An Inside Look with Codeship: Isaiah Belle, Senior Technical Consultant at GoogleLast updated: 2017-05-03
Reading Time: 9 minutes
Isaiah Belle is a senior technical consultant at Google. This week, we had the chance to sit down with Isaiah to talk about what he looks for in a new hire, the connection between social issues and technology, and what early access to tech means for a child’s future.
An Inside Look with Codeship is a regular series providing an insider’s perspective on the tech industry. Each session, we chat with some of the most exciting voices in tech and ask them where they’ve been, where they’re going, and what we could all be doing together. You can read all Inside Look interviews here.
Your title is senior technical consultant. Tell us what that means.
In a nutshell, my job is to make sure that Google’s partners make the best use of the technology we produce. I deal with the ad technology, so my work spans everything from pre-sales consulting to helping out on implementations, whether it’s helping them build a video player to monetize some of the video content, to more business strategy consulting.
I work a lot with large broadcasters and publishers who have video content libraries or have live events that they want to monetize. It’s very client-facing. It’s being very hands-on with understanding their technology stacks.
You also run a consulting business. How do you manage your time between both obligations?
I try to keep busy [laughs]. I’ve been doing consulting informally for six years, and you know, I’ve got two boys at home. It is a balancing act.
The one thing that has helped me keep balanced is limiting the amount of actual software engineering work I’m doing. By sharing more of the valuable knowledge as opposed to just rolling my sleeves and diving into code for people, I can provide high-value work that isn’t as time-consuming.
I think I provide value in saying, “Okay, before I start quoting you base price for this, let’s get in what you really want to do.” I’ve talked many people out of building a Twitter clone and guided them to putting up a nice, responsive mobile web page instead.
What I do in my day-to-day job is consulting on Google’s platform as well as in my individual business is to help people see the questions they’re trying to answer. I try to save them from climbing a ladder only to find out in a year or two that it’s leaning against the wrong wall. That’s what I think the good value is.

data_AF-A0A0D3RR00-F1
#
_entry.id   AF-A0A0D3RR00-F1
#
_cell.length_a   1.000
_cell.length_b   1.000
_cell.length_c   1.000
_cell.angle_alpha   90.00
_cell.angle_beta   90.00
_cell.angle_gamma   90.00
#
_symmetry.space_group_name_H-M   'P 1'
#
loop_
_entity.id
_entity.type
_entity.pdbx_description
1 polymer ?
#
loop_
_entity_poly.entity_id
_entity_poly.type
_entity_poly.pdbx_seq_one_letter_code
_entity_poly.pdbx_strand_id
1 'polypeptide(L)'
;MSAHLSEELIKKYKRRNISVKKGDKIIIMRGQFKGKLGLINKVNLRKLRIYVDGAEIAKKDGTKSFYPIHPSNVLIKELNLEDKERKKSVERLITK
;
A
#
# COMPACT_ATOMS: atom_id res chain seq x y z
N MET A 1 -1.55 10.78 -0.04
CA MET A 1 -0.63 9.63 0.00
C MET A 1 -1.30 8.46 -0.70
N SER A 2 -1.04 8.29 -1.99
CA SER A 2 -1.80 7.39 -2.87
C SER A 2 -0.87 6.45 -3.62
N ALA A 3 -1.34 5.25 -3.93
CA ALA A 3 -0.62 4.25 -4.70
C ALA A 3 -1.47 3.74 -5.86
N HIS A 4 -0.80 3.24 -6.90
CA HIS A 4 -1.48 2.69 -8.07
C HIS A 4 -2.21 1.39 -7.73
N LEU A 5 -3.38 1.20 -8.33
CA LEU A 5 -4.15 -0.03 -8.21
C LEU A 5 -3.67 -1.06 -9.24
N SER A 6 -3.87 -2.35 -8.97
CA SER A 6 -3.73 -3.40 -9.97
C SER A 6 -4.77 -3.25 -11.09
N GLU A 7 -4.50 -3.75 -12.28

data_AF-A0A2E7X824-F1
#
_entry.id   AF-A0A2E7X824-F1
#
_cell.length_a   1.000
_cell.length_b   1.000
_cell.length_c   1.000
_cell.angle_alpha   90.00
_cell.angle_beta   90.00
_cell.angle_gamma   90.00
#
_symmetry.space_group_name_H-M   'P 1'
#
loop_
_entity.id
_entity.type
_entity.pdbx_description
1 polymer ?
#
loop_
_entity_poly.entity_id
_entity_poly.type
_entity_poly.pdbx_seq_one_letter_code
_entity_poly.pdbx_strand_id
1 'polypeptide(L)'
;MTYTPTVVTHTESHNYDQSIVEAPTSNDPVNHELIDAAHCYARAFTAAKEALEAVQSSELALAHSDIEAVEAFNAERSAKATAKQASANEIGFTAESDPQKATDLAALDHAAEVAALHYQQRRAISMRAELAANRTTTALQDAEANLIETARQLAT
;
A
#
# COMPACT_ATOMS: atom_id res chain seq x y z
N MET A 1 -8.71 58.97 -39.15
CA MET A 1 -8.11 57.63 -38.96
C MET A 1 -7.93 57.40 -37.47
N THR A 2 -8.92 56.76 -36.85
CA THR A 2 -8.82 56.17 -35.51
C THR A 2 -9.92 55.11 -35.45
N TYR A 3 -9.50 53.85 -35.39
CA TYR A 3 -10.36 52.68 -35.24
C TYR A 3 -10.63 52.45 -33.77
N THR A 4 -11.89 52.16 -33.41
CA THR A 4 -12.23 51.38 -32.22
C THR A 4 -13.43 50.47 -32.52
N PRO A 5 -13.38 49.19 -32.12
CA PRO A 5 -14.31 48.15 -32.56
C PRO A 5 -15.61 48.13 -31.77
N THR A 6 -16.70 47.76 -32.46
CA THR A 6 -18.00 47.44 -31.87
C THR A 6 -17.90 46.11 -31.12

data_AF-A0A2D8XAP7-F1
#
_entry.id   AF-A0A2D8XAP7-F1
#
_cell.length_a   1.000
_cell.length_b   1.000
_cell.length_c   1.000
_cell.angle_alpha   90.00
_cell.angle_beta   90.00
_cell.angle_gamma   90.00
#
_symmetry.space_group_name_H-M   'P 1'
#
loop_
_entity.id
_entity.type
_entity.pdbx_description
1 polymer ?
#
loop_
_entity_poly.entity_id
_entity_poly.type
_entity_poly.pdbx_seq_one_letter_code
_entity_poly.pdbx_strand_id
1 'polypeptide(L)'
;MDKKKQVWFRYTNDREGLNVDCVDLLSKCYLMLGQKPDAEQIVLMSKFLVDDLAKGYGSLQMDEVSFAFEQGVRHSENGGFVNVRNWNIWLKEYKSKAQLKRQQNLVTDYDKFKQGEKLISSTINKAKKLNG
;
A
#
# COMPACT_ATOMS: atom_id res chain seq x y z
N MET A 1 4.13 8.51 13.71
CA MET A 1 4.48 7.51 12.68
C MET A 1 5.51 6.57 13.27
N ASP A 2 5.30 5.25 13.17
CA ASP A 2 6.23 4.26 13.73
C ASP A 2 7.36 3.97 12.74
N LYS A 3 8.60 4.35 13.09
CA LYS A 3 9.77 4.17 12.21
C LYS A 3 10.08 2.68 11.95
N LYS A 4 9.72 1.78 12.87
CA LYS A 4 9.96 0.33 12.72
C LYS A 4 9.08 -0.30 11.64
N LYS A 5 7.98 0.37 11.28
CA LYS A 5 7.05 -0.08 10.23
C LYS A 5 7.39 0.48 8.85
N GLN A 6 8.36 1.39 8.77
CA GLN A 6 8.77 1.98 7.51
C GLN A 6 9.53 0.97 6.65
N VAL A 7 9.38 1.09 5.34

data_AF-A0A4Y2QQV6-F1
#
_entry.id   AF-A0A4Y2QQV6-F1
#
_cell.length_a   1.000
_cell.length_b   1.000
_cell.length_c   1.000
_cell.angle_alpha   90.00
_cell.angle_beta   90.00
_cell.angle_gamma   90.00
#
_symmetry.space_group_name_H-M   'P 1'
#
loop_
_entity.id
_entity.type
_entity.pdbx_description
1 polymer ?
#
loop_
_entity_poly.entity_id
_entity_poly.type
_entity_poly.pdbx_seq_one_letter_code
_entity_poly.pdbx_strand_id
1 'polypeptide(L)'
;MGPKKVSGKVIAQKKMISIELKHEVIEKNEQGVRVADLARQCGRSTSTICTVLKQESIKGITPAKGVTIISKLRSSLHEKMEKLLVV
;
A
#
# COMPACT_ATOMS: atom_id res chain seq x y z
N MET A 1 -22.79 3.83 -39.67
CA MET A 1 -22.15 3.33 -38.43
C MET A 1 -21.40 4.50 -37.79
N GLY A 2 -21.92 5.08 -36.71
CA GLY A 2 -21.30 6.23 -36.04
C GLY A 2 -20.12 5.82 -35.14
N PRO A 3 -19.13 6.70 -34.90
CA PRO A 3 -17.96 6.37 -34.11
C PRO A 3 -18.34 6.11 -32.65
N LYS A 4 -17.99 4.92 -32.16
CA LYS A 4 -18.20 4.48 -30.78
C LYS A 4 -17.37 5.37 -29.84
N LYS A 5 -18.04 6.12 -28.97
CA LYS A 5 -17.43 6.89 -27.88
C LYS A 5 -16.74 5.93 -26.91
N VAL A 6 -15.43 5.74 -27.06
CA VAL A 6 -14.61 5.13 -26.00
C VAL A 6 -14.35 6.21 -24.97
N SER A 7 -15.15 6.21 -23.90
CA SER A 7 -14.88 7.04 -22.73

You were at Huge, a design agency, for four years. That is eons in developer years! What was it that kept you there for so long?
In agency years, it’s even longer. When Google came around, it was no small decision for me to leave Huge. But it was at a point where I’d solved a lot of the problems. A lot of the problems had to deal with organization, managing timelines, client managing, client-facing issues. I’d seen a lot of those, solved them, and it became repetitive.
The problems we were facing when I left were like, “All right, we solved a lot of these, now how do we do it at scale?” While it was an interesting challenge, the types of challenges I could face at Google were just more appealing to me.
As director of engineering at Huge, you were responsible for hiring. What were you looking for in a dev?
There were a couple of things. There were what I call ordinary skills, like good communications skills, both written and verbal. You needed to be able to speak about technical issues in a way where — explain it to me like I’m a 2-year old, you know? I need to feel confident, especially if you were more senior, that you could speak to a client and not embarrass me. I will be there to smooth the gaps, pull you back if you get a little in-the-weeds, but you do need to stand on your own and be able to communicate at that level.
Beyond that, you had to have core engineering skills. I wanted people who could think through problems and not just have encyclopedic knowledge.
The third thing I look for, this to me is very important. There are different developers. For some people, they come in, they do their job, they go home. They’re really good at it, and I respect that. But then you have those other people, who… the problems just eat at them.
They will re-implement something in two different languages or use two different mechanisms to do something just to see how it can be done. Do you have an intellectual curiosity around technology? I want you to want to know new things. I want to have somebody that will bring in new stuff to me, like, “Hey, did you see this thing online?” No, I didn’t, “Well, check it out. Here’s what it does,” or, “I saw this online. I think it will help us with this problem over here.”
How did you encourage career growth in your team members?
We encouraged folks to go and explore different technologies, we gave them different avenues to present what they’d learned. We had people go and speak at conferences. We worked with our communications departments to match people for things like, “Hey, that blog is looking for someone to do an interview. You have the expertise, how about you sit down with them?”
We also looked for opportunities for folks to do things they were passionate about in technology and ways to learn more to better themselves and better their skills. If we found people had other interests outside their current skills set, we put them in a position to do things they were actually passionate about. And what made that easier was the fact that I had a group of people who were always curious about something.
You taught for a couple years, as an instructor at Columbia University for underprivileged minorities. What drew you into teaching?
I taught at Columbia for a while after I got my masters in education in 2007. Since then, I’ve tried to find as many different opportunities I can to teach both inside of work and outside, most recently with the Startup Institute. I’ve taught a couple courses with them.